Avalanche Advisory for Saturday, March 29, 2014

This advisory expires at 12:00 midnight.

Tuckerman and Huntington Ravines have Moderate avalanche danger. Natural avalanches are unlikely and human triggered avalanches are possible in all forecast areas. Evaluate snow and terrain carefully. The only exception to this rating is the Little Headwall in Tuckerman, which has Low avalanche danger. Natural and human triggered avalanches are unlikely there. Unstable snow may exist in isolated terrain features.

AVALANCHE PROBLEM: Avalanche problem #1 today is Wet Slab due to saturated snow over dryer, weaker snow. Two inches of snow fell on moderate winds in the 50’s mph yesterday and built wind slabs which may become more reactive to triggering today due to warming temperatures. Problem #2 is deeper Persistent Slab which also may be activated by increased loading from yesterday coupled with warming temperatures.

WEATHER: Diminishing winds and clearing skies are forecast this morning and may lead to heating of the snowpack. The timing of the clearing and warming have will have a direct effect on stability today. If fog lingers and shades the slopes from the sun, our stability concerns will be reduced.  The temperature is forecast to reach 30F on the summit with winds dropping to 10-25 mph (SE) from an already low 25-40 mph (NW). As the fog burns off, anticipate the possibility of rapid warming.

SNOWPACK: Icy conditions exist on the trail due to yesterday’s changeover from snow to rain which froze over the surface. Not only will this make travel more exciting due to the potential for rapid acceleration if you fall, but this ice is a player in our stability today. The wet surface layer, which exists over colder dry snow, is cohesive and relatively strong as long as it stays frozen. When heated, this thin layer of ice crust will lose its strength and create the potential for a Wet Slab or even a deeper weak layer, to release. Warming today is the enemy of stability and areas with the greatest consequences from this effect are those areas with large expanses of slab. These wind slabs developed yesterday in the lee of westerly winds from 1.8” of snow (0.57”SWE). Central, Sluice, Center Bowl and Chute are standouts for large wind slabs. The steepest terrain in Huntington ice climbs would also be vulnerable today as the slab battles gravity. South facing slopes will react soonest to solar gain. I would not expect the typical signs of rapid solar warming to occur today; the pinwheels and wet sluffs you often see in fresh snow will probably be contained by the glaze of ice. The monster lurking in the basement for me is the presence of some weak interfaces between older windslabs as well as some areas of pooled, rimed snow which have been very stubborn, but would have devastating consequences if triggered. Because of this “Scary Moderate” comes to mind. The unobvious nature of these deeper slabs are why we carry beacons, probes and shovels and practice careful travel techniques (minimizing time spent in the fall line of avalanche paths, one at a time travel, etc.). It may feel more like spring today but the snowpack stills tells me that it is winter.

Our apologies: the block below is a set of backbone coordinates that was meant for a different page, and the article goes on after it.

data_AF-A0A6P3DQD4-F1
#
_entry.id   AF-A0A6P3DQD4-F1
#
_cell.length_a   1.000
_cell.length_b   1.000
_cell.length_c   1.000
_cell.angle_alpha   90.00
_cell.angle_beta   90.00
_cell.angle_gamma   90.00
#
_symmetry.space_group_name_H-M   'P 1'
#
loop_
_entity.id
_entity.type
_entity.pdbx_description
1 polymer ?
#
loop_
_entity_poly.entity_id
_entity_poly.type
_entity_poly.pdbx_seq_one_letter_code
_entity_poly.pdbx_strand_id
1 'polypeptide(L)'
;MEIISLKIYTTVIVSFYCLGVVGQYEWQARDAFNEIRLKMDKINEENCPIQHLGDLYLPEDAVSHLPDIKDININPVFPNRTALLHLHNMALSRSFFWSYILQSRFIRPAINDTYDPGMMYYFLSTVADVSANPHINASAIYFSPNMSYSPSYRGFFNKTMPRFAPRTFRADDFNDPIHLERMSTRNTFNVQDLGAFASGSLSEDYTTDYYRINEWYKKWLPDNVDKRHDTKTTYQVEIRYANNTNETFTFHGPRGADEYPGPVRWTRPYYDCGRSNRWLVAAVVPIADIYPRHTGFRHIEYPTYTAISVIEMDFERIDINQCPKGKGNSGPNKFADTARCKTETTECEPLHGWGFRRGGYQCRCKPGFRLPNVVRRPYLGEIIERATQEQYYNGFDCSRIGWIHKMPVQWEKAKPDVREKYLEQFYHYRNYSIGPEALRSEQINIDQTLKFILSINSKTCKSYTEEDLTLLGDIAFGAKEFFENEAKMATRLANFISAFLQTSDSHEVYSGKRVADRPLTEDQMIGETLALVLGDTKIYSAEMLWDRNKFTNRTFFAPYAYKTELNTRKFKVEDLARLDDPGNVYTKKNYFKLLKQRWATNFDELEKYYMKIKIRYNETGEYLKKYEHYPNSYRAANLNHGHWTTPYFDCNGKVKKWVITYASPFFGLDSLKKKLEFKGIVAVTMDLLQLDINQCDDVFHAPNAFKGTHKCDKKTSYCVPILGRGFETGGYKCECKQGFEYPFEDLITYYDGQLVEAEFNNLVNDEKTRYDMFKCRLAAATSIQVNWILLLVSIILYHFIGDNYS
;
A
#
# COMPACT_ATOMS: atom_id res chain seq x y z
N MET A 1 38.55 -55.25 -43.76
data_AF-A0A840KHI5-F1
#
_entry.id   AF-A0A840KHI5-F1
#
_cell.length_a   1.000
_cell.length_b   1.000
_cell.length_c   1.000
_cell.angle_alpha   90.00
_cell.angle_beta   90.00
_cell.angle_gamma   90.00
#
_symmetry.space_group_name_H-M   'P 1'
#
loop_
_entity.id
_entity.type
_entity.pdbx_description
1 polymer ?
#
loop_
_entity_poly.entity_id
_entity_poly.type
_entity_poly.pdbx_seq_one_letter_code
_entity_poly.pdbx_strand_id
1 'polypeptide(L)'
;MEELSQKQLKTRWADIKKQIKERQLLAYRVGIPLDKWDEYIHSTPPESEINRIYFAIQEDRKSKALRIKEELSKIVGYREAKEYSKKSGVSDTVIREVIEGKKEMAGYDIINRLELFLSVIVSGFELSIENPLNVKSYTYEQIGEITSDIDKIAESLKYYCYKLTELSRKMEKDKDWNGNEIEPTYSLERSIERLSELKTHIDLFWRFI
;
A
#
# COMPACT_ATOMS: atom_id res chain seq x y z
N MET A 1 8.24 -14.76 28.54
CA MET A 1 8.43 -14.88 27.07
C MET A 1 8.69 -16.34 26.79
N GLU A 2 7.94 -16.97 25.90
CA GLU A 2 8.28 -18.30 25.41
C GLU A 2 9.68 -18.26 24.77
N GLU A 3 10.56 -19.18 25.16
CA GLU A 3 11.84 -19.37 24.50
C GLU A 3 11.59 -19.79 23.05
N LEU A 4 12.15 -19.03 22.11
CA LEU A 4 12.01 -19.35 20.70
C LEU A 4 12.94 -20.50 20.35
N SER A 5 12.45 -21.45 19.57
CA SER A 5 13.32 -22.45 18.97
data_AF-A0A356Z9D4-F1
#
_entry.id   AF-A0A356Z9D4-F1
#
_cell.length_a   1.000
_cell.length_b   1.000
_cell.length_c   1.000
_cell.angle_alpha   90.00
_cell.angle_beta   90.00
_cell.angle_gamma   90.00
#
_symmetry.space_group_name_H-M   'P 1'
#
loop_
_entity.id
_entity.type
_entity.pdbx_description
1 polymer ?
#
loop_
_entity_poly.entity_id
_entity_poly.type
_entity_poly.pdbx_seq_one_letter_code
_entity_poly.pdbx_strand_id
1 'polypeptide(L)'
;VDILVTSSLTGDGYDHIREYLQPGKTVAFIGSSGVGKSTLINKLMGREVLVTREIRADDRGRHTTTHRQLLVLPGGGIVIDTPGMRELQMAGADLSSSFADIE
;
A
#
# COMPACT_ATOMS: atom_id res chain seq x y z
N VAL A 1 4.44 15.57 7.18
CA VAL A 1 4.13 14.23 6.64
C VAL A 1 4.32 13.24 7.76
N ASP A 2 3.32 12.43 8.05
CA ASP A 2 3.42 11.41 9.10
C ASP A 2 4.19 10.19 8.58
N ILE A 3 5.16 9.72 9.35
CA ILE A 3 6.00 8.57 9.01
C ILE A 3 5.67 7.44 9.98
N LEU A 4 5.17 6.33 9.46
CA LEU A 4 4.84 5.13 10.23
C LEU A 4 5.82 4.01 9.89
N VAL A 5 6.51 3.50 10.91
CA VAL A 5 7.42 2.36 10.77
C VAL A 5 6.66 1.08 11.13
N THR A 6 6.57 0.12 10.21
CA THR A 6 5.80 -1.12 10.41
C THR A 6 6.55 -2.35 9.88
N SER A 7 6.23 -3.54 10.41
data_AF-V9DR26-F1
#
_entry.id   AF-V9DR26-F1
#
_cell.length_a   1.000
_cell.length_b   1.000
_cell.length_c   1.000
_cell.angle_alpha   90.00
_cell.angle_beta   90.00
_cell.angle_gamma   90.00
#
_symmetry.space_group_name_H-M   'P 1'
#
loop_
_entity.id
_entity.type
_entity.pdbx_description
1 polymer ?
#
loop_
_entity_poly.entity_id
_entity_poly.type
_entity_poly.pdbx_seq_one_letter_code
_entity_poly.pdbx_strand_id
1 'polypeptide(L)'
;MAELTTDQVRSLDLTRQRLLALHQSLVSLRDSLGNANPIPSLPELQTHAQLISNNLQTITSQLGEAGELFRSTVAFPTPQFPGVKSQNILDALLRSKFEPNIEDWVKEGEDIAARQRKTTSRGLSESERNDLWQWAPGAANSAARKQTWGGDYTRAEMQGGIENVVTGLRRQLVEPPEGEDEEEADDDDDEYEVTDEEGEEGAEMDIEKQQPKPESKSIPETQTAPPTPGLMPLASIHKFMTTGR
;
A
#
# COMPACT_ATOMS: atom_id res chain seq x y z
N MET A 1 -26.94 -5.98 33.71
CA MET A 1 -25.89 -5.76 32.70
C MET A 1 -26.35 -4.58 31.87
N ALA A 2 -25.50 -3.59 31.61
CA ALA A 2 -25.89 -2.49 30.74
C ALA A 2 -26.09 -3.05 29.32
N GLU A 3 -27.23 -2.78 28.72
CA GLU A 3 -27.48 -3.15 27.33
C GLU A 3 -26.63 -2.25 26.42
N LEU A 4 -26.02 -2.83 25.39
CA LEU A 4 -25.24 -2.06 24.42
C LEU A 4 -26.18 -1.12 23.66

Please Remember:

  • Safe travel in avalanche terrain requires training and experience. This advisory is just one tool to help you make your own decisions in avalanche terrain. You control your own risk by choosing where, when, and how you travel.
  • Anticipate a changing avalanche danger when actual weather differs from the higher summits forecast.
  • For more information contact the Forest Service Snow Rangers, the AMC at the Pinkham Notch Visitor Center, or the caretakers at Hermit Lake Shelters or the Harvard Cabin.
  • Posted 8:30 a.m. 3-29-2014. A new advisory will be issued tomorrow.

Frank Carus, Snow Ranger
USDA Forest Service
White Mountain National Forest
(603) 466-2713 TTY (603) 466-2856

2014-03-29 Print friendly